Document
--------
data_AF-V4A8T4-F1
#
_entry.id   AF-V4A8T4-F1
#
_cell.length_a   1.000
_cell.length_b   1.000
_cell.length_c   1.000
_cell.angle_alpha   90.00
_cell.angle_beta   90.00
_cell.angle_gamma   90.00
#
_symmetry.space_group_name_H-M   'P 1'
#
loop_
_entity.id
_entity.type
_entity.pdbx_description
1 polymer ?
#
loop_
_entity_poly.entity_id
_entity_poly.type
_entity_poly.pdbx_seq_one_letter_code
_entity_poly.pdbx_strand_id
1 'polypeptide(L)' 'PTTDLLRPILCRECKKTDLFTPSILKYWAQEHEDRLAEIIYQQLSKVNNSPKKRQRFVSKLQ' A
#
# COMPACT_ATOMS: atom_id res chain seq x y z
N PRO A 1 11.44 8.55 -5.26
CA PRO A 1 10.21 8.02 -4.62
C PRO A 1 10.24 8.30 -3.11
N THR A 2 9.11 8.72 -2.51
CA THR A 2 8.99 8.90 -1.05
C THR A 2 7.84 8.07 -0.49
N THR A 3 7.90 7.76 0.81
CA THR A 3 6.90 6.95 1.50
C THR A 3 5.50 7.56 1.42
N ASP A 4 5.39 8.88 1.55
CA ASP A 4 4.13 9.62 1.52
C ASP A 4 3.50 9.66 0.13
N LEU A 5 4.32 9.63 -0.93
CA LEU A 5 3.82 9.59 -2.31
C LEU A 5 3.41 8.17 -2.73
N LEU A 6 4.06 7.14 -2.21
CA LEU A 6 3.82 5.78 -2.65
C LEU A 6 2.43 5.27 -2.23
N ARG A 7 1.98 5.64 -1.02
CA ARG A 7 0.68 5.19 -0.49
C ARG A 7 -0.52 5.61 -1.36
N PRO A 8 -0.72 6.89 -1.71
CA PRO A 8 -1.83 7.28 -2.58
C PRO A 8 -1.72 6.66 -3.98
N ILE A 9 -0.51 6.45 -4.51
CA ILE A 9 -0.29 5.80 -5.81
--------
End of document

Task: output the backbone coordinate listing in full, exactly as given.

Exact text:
data_AF-V4A8T4-F1
#
_entry.id   AF-V4A8T4-F1
#
_cell.length_a   1.000
_cell.length_b   1.000
_cell.length_c   1.000
_cell.angle_alpha   90.00
_cell.angle_beta   90.00
_cell.angle_gamma   90.00
#
_symmetry.space_group_name_H-M   'P 1'
#
loop_
_entity.id
_entity.type
_entity.pdbx_description
1 polymer ?
#
loop_
_entity_poly.entity_id
_entity_poly.type
_entity_poly.pdbx_seq_one_letter_code
_entity_poly.pdbx_strand_id
1 'polypeptide(L)' 'PTTDLLRPILCRECKKTDLFTPSILKYWAQEHEDRLAEIIYQQLSKVNNSPKKRQRFVSKLQ' A
#
# COMPACT_ATOMS: atom_id res chain seq x y z
N PRO A 1 11.44 8.55 -5.26
CA PRO A 1 10.21 8.02 -4.62
C PRO A 1 10.24 8.30 -3.11
N THR A 2 9.11 8.72 -2.51
CA THR A 2 8.99 8.90 -1.05
C THR A 2 7.84 8.07 -0.49
N THR A 3 7.90 7.76 0.81
CA THR A 3 6.90 6.95 1.50
C THR A 3 5.50 7.56 1.42
N ASP A 4 5.39 8.88 1.55
CA ASP A 4 4.13 9.62 1.52
C ASP A 4 3.50 9.66 0.13
N LEU A 5 4.32 9.63 -0.93
CA LEU A 5 3.82 9.59 -2.31
C LEU A 5 3.41 8.17 -2.73
N LEU A 6 4.06 7.14 -2.21
CA LEU A 6 3.82 5.78 -2.65
C LEU A 6 2.43 5.27 -2.23
N ARG A 7 1.98 5.64 -1.02
CA ARG A 7 0.68 5.19 -0.49
C ARG A 7 -0.52 5.61 -1.36
N PRO A 8 -0.72 6.89 -1.71
CA PRO A 8 -1.83 7.28 -2.58
C PRO A 8 -1.72 6.66 -3.98
N ILE A 9 -0.51 6.45 -4.51
CA ILE A 9 -0.29 5.80 -5.81